James served in public office four years as the Assistant County Recorder. Afterward, he declined the entreaties of the leading political leaders in Provo to run for Recorder. However, while remaining in American Fork, Jim consented to serve a term under Mayor Joseph J. Jackson as the Justice of the Peace, and he became "Judge Williams." While serving as City Justice from 1902 to 1904, he officiated over the marriage of his daughter Amy to her husband, Charles "CharI" Joseph Brems, on 18 June 1902.
James and Sarah had sold their beautiful farm sometime before 1900 and had been renting a home in American Fork City. About 1904, James and Sarah left American Fork to travel to Taylor, Idaho, where they stayed the better part of a year to help their daughter Lucy and her husband Angus Price run their new farm.
By 1905, James and Sarah had permanently moved from American Fork to Salt Lake City to operate a restaurant. James and Sarah at first shared a house on 274 East and Fourth South with their daughter Ada and her husband Ed Miller. In December 1905, James and Sarah paid $1400 to buy two city lots from William and Emma Jones; one carried the address of "76 West 100 North" (present-day 200 North); the other, "17 Grape Street," (now 117 North Almond Street). The Williams house was set about 40 yards up the hill from First North street. Two doors to the west was the home of LDS apostle John Henry Smith whose children often played with the Williams children. President Joseph F. Smith, President of the LDS Church, lived just around the corner to the west and north, barely a block away.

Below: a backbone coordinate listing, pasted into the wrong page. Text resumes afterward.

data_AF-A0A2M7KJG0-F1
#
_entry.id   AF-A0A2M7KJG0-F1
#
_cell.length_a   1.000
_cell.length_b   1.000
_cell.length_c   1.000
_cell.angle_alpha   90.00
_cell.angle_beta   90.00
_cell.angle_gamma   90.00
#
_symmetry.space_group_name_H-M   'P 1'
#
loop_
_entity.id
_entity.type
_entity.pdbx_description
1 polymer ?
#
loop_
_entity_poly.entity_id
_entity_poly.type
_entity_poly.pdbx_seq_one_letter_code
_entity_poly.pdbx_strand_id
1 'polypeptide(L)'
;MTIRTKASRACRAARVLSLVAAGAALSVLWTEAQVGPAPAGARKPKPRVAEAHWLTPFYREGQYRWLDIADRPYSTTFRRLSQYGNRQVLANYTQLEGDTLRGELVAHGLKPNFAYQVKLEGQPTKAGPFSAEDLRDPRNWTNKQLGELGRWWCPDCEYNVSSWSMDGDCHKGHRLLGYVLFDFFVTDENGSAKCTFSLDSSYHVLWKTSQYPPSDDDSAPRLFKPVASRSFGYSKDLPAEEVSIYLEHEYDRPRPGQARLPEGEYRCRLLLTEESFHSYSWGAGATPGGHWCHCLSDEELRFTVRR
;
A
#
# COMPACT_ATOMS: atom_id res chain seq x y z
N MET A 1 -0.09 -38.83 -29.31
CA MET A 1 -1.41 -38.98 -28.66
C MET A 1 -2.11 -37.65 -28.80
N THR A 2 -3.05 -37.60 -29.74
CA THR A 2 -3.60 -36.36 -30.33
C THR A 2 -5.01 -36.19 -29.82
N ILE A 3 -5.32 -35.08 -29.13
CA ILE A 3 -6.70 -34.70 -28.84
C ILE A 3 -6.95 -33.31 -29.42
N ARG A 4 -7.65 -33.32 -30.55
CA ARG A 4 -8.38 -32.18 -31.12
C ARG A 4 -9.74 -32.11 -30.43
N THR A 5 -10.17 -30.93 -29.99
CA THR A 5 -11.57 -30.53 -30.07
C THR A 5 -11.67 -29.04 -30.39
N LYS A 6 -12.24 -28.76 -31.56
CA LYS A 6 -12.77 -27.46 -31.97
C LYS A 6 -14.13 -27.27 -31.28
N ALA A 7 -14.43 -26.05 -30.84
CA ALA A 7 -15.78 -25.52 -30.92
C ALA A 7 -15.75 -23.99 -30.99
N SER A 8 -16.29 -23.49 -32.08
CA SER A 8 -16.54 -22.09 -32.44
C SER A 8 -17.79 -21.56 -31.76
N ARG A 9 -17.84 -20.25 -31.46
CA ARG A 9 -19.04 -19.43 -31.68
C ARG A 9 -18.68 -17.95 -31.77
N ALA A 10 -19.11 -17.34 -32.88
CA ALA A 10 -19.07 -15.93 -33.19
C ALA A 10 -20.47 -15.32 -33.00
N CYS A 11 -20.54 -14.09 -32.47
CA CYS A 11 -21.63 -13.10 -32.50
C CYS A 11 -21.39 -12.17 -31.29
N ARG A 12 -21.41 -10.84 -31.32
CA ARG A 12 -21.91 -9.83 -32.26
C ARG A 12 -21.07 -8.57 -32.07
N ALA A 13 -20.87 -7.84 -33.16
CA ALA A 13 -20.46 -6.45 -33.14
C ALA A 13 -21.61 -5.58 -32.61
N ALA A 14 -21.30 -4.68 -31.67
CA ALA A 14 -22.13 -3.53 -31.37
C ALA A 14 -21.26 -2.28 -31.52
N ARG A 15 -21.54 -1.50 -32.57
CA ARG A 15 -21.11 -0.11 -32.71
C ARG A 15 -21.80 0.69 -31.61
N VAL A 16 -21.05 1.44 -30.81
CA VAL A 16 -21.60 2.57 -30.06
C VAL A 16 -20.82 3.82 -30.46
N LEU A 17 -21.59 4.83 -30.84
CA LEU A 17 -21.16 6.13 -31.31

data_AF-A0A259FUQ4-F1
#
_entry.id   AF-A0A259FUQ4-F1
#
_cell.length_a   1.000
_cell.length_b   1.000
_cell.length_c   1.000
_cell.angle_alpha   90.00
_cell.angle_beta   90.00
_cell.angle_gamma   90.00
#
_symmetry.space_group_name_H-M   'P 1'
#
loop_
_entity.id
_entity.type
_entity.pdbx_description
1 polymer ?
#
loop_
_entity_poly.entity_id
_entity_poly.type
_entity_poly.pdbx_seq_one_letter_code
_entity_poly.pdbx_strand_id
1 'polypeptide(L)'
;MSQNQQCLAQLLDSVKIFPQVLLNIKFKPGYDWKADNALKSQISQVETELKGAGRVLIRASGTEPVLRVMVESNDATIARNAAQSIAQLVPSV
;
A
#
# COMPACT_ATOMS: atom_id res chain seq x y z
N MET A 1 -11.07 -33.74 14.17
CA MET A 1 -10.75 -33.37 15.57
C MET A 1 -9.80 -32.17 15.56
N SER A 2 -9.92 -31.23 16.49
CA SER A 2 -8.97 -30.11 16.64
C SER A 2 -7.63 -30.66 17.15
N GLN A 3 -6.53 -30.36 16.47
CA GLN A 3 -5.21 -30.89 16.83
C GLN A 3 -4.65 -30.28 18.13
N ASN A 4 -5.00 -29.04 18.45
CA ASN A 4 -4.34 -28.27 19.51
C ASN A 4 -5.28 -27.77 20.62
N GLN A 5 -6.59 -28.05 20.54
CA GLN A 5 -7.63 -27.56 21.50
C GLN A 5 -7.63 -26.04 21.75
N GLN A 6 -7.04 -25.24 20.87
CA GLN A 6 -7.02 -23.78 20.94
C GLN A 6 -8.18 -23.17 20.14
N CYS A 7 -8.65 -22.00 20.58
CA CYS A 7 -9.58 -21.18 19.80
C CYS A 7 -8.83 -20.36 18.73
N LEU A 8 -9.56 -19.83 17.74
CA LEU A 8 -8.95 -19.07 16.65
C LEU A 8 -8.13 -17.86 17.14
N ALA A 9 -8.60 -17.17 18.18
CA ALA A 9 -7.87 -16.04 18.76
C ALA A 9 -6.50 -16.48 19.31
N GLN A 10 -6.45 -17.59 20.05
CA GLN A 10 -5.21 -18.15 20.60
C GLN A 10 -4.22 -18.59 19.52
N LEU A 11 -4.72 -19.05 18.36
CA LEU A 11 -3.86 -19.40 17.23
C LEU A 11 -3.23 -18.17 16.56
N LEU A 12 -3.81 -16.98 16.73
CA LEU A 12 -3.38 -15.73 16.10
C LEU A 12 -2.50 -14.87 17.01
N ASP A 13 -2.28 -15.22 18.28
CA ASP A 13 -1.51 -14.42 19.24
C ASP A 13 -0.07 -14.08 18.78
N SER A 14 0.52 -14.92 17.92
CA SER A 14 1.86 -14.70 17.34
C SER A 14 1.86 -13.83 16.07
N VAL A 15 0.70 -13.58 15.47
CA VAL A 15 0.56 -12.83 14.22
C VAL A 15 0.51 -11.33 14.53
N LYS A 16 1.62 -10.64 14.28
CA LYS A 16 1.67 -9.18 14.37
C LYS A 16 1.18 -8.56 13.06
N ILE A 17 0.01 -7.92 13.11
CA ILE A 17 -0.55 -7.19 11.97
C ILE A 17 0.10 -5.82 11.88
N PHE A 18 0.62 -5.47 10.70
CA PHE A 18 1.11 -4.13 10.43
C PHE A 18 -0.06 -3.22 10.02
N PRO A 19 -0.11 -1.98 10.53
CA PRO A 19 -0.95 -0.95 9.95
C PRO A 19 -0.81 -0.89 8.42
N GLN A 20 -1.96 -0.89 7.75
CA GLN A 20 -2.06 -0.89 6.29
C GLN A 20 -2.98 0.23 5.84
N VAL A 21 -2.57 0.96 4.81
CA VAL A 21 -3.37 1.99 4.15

Jim had a large oven built into the hillside by his home and went into the pie factory business selling his famous Hot Scotch Meat Pies. He opened a pie shop at 61 West on First South (located across the street from the present-day entrance to Crossroads Mall in downtown Salt Lake City.) As Jim's grandson Irvin Fox later remembered, "The shop was next door to Baer's Saloon, and a door had been cut between the two establishments to permit Baer's bartenders to pick up hot pies to serve with their beer." Jim sold all kinds of cakes, cookies, candies, ice cream, bread, and soda water. He made his own bread, cakes, and ice cream (with a lot of help from his wife Sarah and the girls), He also had an ice house and sold ice which he put up in the winter and would sell in the summer.
Jim's daughter Olive was the assistant baker. His small son Fred and some of his grandsons, such as May's son Irvin, or his daughter Ada's boys, would load up a red wagon with pies and big cans of broth and pull the wagon the two blocks from his home down to the shop. Several other family members helped out with the baking, and James was able to provide employment for some of the family at the shop.
While living in Salt Lake City, James and Sarah took in their widowed daughter May (Edith Mable Williams Fox) and helped raise her two children, Verda May Fox and Irvin Fox. On Sundays, James would wait at his pie shop for his grandchildren to come, then he would take their hands and walk with them to church. Jim was very fond of his grandchildren. He often would take as many of them as he could fit on his knees and tell them stories about his youth. Jim was also fond of playing tricks on others: somehow or another, the Master Baker's pranks would often involve targeting the victims with generous portions of flour!
Tragedy struck the James Williams family when George Frederick "Fred" Williams, the